One Year after the Storms: Recovery and Health Care in Puerto Rico and the U.S. Virgin Islands
This brief provides an overview of the status of the recovery in Puerto Rico and USVI one year after the storms, with a focus on the progress of recovery and the preparedness for the current hurricane season as it relates to the health care systems and health needs of residents. It draws on public reports and key phone interviews conducted between July and September 2018 with the territories’ government and health officials and providers. The brief builds on earlier work that examined how the territories were faring six months after the storm and additional work on post-hurricane public health and resident challenges in the territories.
Prior to the storms, Puerto Rico and USVI faced fiscal challenges, including high rates of debt, poverty, and unemployment, as well as a range of health disparities. In Puerto Rico, the population had higher rates of fair/poor health, heart attack/heart disease, diabetes, depression, disability, low-birthweight infants, and infant mortality than both USVI and the United States overall. The share of uninsured in USVI (30%) was much higher than in Puerto Rico (7%) and the rest of the United States (12%). In addition, Puerto Rico and USVI suffered from poor health infrastructure and a shrinking health care workforce.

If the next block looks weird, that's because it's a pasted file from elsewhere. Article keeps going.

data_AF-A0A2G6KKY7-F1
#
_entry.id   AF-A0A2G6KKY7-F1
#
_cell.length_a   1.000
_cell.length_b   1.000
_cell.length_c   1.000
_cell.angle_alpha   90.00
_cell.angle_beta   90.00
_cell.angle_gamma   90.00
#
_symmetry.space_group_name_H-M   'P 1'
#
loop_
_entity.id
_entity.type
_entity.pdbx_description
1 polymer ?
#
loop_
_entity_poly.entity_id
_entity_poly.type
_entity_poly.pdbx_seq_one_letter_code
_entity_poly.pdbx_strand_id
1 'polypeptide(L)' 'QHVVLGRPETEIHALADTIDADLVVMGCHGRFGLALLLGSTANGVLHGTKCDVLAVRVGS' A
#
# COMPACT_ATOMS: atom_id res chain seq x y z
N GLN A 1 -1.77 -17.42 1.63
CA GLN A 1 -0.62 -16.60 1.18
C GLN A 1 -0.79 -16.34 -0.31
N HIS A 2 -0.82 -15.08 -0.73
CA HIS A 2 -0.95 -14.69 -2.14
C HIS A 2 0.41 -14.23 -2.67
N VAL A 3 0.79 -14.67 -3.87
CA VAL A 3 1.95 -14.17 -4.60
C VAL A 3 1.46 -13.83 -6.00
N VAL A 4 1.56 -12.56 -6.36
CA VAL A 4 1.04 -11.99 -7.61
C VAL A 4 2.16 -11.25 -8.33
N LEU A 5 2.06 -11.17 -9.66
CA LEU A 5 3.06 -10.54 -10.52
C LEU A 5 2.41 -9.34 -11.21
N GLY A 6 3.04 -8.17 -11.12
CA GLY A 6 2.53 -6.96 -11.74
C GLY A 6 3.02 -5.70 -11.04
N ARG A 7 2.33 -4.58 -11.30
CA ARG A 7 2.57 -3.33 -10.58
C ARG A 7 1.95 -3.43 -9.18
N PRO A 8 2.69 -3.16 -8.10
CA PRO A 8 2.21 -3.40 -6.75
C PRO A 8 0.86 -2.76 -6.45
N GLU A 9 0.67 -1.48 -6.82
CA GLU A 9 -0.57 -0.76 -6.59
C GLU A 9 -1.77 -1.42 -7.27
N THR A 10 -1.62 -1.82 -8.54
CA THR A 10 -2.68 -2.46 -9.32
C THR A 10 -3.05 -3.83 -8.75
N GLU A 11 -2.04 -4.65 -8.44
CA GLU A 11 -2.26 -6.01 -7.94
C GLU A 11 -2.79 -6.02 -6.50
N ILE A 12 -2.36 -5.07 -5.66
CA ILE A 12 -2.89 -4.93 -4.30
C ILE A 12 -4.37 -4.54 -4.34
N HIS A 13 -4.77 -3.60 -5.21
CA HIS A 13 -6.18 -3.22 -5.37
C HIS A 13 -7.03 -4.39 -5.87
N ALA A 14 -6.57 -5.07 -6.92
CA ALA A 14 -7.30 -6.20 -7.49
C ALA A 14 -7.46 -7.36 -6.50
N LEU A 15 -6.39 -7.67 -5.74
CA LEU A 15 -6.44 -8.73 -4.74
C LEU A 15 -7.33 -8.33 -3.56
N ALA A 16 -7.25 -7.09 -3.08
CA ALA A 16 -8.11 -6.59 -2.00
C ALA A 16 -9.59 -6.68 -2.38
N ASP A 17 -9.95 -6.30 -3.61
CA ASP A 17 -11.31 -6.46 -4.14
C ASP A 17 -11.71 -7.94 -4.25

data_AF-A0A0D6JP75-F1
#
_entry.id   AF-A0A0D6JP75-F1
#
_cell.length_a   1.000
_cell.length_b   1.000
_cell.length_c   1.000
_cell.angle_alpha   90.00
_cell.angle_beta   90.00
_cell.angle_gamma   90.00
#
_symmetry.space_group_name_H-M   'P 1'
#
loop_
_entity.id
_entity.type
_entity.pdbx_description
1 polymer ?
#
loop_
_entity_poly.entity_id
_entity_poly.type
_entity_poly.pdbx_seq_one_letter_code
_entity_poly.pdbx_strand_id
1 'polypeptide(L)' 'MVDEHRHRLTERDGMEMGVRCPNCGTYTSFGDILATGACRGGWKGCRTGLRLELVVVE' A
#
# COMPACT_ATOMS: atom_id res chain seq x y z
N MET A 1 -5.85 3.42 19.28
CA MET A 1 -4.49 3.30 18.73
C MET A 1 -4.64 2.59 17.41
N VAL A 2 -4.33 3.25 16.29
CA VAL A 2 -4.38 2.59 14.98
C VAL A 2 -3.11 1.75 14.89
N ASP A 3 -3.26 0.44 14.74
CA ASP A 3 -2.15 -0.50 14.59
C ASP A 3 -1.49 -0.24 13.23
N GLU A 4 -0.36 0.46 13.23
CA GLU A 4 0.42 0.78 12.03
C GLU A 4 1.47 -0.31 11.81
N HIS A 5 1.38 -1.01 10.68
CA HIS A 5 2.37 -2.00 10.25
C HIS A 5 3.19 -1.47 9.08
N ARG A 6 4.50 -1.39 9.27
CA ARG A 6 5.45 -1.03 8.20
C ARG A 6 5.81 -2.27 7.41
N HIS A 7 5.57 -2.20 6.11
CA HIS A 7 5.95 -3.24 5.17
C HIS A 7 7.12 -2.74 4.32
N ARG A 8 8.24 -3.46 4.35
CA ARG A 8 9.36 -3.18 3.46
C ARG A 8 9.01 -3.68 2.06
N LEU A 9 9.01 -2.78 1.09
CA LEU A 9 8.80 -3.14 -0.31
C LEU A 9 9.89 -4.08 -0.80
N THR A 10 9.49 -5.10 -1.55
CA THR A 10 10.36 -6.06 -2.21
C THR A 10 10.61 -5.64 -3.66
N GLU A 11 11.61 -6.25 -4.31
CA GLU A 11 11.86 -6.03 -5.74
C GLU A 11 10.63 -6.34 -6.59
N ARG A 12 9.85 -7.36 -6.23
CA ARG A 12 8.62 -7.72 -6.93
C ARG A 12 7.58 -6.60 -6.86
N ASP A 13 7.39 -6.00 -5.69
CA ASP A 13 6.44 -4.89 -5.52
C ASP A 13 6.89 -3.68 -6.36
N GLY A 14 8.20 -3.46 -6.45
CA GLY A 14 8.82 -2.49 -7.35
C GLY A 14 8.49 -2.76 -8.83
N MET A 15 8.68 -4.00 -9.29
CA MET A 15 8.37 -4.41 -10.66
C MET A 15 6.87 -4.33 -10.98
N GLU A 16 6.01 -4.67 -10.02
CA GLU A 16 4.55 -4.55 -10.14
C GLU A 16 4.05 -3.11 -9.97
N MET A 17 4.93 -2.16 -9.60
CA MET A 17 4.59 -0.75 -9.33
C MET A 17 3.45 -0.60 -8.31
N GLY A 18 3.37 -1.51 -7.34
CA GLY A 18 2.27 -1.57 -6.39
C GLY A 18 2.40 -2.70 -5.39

Unlike states, Puerto Rico and USVI receive capped federal Medicaid funds and a fixed federal Medicaid match rate that is lower than the rate they would receive if they were states. The 50 states and D.C. receive federal Medicaid funding on an open-ended basis, with a federal match rate that varies based on state per capita income. In contrast, annual federal Medicaid funding for the territories is subject to a statutory cap, with a fixed federal match rate of 55%. This match rate is lower than the rate the territories would receive if it were based on per capita income like the states. Prior to the storms, Puerto Rico was also anticipating a large financial gap as funds provided under the Affordable Care Act (ACA) were running out.